- We also remain focused on market segments that offer exposure to secular growth trends, and we see them in megatrends such as digital transformation, healthcare innovation and sustainability—especially for investors with a multi-year time horizon.
How should I be thinking about the liability side of my balance sheet?
Interest rates are still in a range that’s as low as it’s ever been. We do not expect rates to reach levels that would generate above-inflation yields on cash anytime soon. However, we think it’s more likely that interest rates will drift higher than move lower in the coming years, given that the Fed is already holding policy rates at zero and economic conditions are improving.
It may thus be prudent to take advantage of today’s low borrowing costs to access additional liquidity or decrease debt burdens. Think about refinancing or taking out new mortgages on unencumbered properties—as an added kicker, you may be able to deduct all of the interest if the loan is structured appropriately. You may also consider using interest rate swaps to fix floating-rate liabilities.
Should I be doing any tax planning right now?
Gridlock in D.C. likely means no material changes will be made to U.S. income tax rates. Moreover, the current environment and tax regime offer opportunities when it comes to estate taxes.
Many clients are not thinking about this, but certain estate planning techniques work best in a low interest rate environment to transfer money tax efficiently to beneficiaries. So now is definitely a good time to consider whether it makes sense for you to make use of a GRAT (grantor retained annuity trust), CLAT (charitable lead annuity trust), sale to an irrevocable grantor trust and/or an intra-family loan.
At the same time, many clients have expressed concerns that a new Democratic administration would reduce U.S. gift and estate tax exclusion amounts. We think that outcome is highly unlikely, given a divided Congress.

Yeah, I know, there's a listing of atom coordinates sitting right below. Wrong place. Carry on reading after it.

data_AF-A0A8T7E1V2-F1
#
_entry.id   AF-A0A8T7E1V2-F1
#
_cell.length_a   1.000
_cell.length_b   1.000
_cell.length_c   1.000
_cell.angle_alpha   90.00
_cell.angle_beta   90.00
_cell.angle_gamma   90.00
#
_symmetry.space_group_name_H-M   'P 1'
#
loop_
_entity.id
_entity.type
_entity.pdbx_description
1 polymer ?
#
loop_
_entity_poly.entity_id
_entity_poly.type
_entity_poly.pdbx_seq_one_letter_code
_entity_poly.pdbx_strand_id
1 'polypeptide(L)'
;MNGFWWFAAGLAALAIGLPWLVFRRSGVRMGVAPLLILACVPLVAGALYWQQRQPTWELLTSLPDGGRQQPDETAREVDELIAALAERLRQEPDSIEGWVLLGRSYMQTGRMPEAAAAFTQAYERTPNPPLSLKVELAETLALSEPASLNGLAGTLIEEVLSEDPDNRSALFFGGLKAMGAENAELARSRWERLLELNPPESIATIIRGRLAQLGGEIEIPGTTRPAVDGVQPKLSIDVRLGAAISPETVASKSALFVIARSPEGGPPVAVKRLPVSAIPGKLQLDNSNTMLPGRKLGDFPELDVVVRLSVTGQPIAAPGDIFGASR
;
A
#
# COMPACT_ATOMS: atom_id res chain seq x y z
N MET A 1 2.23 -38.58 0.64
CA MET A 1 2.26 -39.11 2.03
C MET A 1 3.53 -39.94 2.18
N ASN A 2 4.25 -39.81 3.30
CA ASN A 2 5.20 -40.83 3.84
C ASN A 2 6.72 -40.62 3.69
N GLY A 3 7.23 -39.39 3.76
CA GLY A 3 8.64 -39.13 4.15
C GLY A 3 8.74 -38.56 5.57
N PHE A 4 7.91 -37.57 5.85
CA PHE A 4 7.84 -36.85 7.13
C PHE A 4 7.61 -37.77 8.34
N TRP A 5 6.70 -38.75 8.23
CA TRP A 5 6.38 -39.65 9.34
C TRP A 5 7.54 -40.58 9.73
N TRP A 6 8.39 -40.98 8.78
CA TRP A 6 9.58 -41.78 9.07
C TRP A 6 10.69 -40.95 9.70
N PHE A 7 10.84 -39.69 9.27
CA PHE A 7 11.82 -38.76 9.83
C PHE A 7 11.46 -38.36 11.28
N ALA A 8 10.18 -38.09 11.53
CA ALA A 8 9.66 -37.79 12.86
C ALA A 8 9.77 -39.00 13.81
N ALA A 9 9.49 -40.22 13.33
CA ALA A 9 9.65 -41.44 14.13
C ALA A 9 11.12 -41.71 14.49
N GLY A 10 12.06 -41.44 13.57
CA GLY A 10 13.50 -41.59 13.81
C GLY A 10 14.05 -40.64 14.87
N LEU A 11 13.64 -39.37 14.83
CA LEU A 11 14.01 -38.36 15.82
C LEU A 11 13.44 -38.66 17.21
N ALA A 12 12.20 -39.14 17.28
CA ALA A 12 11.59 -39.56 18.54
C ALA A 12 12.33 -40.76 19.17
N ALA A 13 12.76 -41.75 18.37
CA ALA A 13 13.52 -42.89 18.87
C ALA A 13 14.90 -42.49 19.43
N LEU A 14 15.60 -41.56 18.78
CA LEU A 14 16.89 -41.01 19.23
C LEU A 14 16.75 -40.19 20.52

In fact, the exclusion amounts are scheduled to increase to $11.7 million on January 1, 2021, to adjust for inflation. So, if you haven’t yet used all of your exclusion amounts—or simply want to top off previous gifts with the $120,000 increase—we recommend considering now whether doing so makes sense for you and your family. These historically high amounts may not last. The current exemption amount is scheduled to sunset at the end of 2025 and return to levels that are roughly half as high as they are today.
To help you determine how much, if any, wealth transfer might suit you and your goals, speak with your J.P. Morgan team.
What might I expect with state taxes?
Many states are hurting for revenue and can expect a divided government to provide only minimal help in the next stimulus package, if and when one is finally adopted.
They will be caught between a rock and a hard place: To compensate for significant decreases in revenue and increased expenses related to the pandemic, they need to raise money and therefore, in theory, boost tax rates. But the states know that if they raise taxes too much, they may chase away significant portions of their tax bases, who have learned, thanks to the pandemic, that they can work remotely (often in lower-tax jurisdictions).
So we expect states to view the issue of raising taxes cautiously. But we also anticipate that they will increase oversight and enforcement of their tax regimes for existing taxpayers—especially those who claim to have left the state during the pandemic.
The election results may generate short-term market volatility, and have certainly created a number of interesting opportunities for you to explore with your J.P. Morgan team.
At the same time, it does not mean major changes to some important fundamentals: The U.S. economy is recovering—so it’s important to stay invested. The U.S. government will probably remain divided—so major changes to federal taxes are unlikely and no overhaul of your planning should be needed. Speak with your J.P. Morgan team to make sure your portfolio and planning are well positioned to support your goals.